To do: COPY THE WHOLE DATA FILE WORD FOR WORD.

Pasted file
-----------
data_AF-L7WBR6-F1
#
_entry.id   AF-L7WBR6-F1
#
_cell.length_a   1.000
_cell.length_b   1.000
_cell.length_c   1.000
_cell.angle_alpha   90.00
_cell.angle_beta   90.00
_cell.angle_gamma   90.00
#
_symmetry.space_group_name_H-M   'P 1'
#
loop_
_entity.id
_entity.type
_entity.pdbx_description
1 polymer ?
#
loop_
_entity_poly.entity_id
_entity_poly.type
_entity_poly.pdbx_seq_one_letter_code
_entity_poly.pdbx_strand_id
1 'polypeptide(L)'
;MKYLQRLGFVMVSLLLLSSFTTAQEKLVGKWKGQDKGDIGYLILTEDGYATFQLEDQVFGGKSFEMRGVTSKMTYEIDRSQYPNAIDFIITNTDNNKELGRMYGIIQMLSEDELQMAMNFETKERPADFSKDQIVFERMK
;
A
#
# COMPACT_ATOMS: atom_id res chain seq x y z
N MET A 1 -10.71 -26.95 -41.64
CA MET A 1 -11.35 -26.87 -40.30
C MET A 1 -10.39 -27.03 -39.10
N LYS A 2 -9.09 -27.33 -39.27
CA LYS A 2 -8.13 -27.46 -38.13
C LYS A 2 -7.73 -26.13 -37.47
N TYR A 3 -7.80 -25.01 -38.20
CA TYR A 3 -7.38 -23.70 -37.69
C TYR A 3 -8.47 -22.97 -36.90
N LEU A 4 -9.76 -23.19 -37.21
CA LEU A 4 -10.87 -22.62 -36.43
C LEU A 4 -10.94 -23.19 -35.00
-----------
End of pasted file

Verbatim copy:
data_AF-L7WBR6-F1
#
_entry.id   AF-L7WBR6-F1
#
_cell.length_a   1.000
_cell.length_b   1.000
_cell.length_c   1.000
_cell.angle_alpha   90.00
_cell.angle_beta   90.00
_cell.angle_gamma   90.00
#
_symmetry.space_group_name_H-M   'P 1'
#
loop_
_entity.id
_entity.type
_entity.pdbx_description
1 polymer ?
#
loop_
_entity_poly.entity_id
_entity_poly.type
_entity_poly.pdbx_seq_one_letter_code
_entity_poly.pdbx_strand_id
1 'polypeptide(L)'
;MKYLQRLGFVMVSLLLLSSFTTAQEKLVGKWKGQDKGDIGYLILTEDGYATFQLEDQVFGGKSFEMRGVTSKMTYEIDRSQYPNAIDFIITNTDNNKELGRMYGIIQMLSEDELQMAMNFETKERPADFSKDQIVFERMK
;
A
#
# COMPACT_ATOMS: atom_id res chain seq x y z
N MET A 1 -10.71 -26.95 -41.64
CA MET A 1 -11.35 -26.87 -40.30
C MET A 1 -10.39 -27.03 -39.10
N LYS A 2 -9.09 -27.33 -39.27
CA LYS A 2 -8.13 -27.46 -38.13
C LYS A 2 -7.73 -26.13 -37.47
N TYR A 3 -7.80 -25.01 -38.20
CA TYR A 3 -7.38 -23.70 -37.69
C TYR A 3 -8.47 -22.97 -36.90
N LEU A 4 -9.76 -23.19 -37.21
CA LEU A 4 -10.87 -22.62 -36.43
C LEU A 4 -10.94 -23.19 -35.00